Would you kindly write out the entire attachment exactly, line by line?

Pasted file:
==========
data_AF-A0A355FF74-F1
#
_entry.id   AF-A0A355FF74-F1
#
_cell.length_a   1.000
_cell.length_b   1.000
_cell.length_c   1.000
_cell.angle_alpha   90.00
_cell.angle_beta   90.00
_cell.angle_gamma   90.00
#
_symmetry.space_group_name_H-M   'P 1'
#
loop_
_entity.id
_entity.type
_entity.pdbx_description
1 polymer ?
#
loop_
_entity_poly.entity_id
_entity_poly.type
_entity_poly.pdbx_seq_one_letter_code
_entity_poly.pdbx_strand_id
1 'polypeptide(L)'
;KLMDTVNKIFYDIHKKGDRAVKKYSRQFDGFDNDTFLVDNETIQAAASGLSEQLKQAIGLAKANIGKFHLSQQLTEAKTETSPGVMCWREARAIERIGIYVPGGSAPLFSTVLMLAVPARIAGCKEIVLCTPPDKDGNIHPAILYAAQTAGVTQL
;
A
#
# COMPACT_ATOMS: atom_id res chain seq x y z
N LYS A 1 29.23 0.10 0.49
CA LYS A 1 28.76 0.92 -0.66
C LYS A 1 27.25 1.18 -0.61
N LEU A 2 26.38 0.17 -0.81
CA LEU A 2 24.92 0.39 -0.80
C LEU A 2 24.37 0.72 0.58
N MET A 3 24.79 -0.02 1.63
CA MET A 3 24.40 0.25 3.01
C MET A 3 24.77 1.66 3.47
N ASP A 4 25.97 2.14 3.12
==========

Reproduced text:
data_AF-A0A355FF74-F1
#
_entry.id   AF-A0A355FF74-F1
#
_cell.length_a   1.000
_cell.length_b   1.000
_cell.length_c   1.000
_cell.angle_alpha   90.00
_cell.angle_beta   90.00
_cell.angle_gamma   90.00
#
_symmetry.space_group_name_H-M   'P 1'
#
loop_
_entity.id
_entity.type
_entity.pdbx_description
1 polymer ?
#
loop_
_entity_poly.entity_id
_entity_poly.type
_entity_poly.pdbx_seq_one_letter_code
_entity_poly.pdbx_strand_id
1 'polypeptide(L)'
;KLMDTVNKIFYDIHKKGDRAVKKYSRQFDGFDNDTFLVDNETIQAAASGLSEQLKQAIGLAKANIGKFHLSQQLTEAKTETSPGVMCWREARAIERIGIYVPGGSAPLFSTVLMLAVPARIAGCKEIVLCTPPDKDGNIHPAILYAAQTAGVTQL
;
A
#
# COMPACT_ATOMS: atom_id res chain seq x y z
N LYS A 1 29.23 0.10 0.49
CA LYS A 1 28.76 0.92 -0.66
C LYS A 1 27.25 1.18 -0.61
N LEU A 2 26.38 0.17 -0.81
CA LEU A 2 24.92 0.39 -0.80
C LEU A 2 24.37 0.72 0.58
N MET A 3 24.79 -0.02 1.63
CA MET A 3 24.40 0.25 3.01
C MET A 3 24.77 1.66 3.47
N ASP A 4 25.97 2.14 3.12